July 19, 1692: Puritan magistrates convict and hang five women for witchcraft in Salem, Massachusetts. By September, 20 people had been executed on charges brought by 15 young girls (see issue 41: The American Puritan).
July 19, 1848: More than 300 men and women assemble in the Wesleyan Chapel at Seneca Falls, New York, for the first formal convention to discuss "the social, civil and religious condition and the rights of women." The event has been called the birthplace of the women's rights movement.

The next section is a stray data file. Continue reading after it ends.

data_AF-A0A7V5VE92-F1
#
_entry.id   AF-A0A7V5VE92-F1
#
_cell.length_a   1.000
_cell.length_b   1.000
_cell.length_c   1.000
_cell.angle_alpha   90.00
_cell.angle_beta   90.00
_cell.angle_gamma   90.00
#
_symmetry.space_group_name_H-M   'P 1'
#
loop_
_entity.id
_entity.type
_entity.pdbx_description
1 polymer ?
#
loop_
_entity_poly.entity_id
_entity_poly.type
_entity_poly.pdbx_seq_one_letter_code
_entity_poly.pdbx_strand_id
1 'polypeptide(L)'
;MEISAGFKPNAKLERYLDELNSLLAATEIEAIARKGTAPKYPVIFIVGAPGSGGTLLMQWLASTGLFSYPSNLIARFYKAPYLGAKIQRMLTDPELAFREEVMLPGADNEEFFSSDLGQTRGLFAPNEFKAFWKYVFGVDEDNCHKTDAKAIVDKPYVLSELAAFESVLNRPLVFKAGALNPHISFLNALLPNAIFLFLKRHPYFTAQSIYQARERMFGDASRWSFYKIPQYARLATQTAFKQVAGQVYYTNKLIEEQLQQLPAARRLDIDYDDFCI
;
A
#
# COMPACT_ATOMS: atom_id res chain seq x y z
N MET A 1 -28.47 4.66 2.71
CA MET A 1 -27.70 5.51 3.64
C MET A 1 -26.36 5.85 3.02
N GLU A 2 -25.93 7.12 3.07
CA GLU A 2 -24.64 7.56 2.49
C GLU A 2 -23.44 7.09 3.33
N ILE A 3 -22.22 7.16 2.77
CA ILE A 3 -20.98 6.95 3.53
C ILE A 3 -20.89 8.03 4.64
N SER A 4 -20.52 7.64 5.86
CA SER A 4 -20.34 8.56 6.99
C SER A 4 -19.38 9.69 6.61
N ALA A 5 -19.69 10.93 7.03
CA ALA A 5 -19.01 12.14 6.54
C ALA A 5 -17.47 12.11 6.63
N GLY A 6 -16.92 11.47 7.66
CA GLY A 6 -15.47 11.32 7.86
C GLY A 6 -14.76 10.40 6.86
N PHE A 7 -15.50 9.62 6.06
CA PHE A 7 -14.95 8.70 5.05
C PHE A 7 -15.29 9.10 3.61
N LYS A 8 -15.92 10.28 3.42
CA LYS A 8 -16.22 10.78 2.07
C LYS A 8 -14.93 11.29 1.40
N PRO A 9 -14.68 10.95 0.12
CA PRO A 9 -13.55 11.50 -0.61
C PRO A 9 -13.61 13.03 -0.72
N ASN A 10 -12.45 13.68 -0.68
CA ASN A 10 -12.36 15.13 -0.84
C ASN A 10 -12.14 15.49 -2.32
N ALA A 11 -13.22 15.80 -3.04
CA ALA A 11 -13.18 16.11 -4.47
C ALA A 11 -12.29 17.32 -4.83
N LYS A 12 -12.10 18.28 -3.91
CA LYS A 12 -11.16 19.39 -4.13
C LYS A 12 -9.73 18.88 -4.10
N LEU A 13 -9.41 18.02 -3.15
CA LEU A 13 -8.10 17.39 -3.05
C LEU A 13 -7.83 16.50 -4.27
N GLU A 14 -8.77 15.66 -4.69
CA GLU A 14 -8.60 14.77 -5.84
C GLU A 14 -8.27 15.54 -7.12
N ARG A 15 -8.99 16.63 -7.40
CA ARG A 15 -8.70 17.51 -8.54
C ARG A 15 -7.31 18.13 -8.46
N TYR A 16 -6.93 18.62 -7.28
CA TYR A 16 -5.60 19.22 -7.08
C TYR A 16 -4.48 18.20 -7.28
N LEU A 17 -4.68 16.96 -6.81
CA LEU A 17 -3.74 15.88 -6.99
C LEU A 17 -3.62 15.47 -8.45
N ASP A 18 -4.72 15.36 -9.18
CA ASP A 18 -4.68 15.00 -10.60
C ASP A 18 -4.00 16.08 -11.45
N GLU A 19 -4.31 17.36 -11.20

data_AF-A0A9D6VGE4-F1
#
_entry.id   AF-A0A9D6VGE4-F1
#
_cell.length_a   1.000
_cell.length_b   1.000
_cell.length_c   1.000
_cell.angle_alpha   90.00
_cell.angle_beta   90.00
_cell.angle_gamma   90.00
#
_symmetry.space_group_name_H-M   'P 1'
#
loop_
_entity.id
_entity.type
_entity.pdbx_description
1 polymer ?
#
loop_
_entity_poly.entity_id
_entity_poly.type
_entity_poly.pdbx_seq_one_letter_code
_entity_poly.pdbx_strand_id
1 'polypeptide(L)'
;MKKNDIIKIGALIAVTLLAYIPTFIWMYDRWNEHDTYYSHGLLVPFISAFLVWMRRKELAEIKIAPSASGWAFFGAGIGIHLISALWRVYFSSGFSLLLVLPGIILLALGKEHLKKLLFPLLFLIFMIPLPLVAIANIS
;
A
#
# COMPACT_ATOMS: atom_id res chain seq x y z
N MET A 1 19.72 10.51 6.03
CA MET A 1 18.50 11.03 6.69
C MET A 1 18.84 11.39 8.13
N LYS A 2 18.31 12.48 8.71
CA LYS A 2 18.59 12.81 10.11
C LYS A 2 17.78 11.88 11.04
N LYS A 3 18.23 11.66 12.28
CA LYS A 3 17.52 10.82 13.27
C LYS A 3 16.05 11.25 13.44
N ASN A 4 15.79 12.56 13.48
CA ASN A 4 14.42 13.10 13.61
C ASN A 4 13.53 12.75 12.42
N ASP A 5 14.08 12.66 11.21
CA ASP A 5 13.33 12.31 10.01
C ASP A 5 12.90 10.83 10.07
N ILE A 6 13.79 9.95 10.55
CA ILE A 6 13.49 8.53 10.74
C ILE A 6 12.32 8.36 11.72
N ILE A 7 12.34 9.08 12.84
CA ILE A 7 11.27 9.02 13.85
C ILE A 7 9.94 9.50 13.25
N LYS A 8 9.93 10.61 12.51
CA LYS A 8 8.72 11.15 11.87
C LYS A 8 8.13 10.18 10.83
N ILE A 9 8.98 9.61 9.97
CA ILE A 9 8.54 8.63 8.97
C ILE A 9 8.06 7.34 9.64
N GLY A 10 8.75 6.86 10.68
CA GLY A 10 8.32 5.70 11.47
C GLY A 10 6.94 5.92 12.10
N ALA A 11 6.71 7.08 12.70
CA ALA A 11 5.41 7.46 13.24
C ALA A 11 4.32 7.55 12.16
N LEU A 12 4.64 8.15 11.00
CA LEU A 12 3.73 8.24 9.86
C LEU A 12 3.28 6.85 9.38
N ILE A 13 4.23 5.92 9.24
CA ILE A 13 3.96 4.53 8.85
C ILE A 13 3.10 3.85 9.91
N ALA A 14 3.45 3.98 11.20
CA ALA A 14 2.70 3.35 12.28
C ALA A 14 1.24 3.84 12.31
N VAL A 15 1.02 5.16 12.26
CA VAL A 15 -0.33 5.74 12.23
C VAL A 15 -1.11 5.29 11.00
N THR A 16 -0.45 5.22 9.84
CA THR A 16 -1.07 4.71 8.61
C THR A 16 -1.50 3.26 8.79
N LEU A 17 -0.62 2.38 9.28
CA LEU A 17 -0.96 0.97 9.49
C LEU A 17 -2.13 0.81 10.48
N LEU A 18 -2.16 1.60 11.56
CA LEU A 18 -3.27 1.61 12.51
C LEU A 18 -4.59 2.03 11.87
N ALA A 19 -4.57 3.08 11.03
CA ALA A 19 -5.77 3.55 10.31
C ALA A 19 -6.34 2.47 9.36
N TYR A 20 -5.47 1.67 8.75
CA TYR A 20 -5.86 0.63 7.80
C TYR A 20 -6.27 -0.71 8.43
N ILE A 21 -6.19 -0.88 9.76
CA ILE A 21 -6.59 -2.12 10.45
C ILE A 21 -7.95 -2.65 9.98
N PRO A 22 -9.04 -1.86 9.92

August 24, 410: Alaric and the Goths sack Rome. Pagans blamed pacifist Christians and their God for the defeat. Augustine, in his massive City of God, repudiated this claim and blamed Rome's corruption instead (see issue 67:Augustine).
August 24, 1456: The second volume of the Gutenberg Bible is bound in Mainz, Germany. This act completes a two-year project to create the first complete book printed with movable type.
August 24, 1759: William Wilberforce, philanthropist and vocal abolitionist, is born ...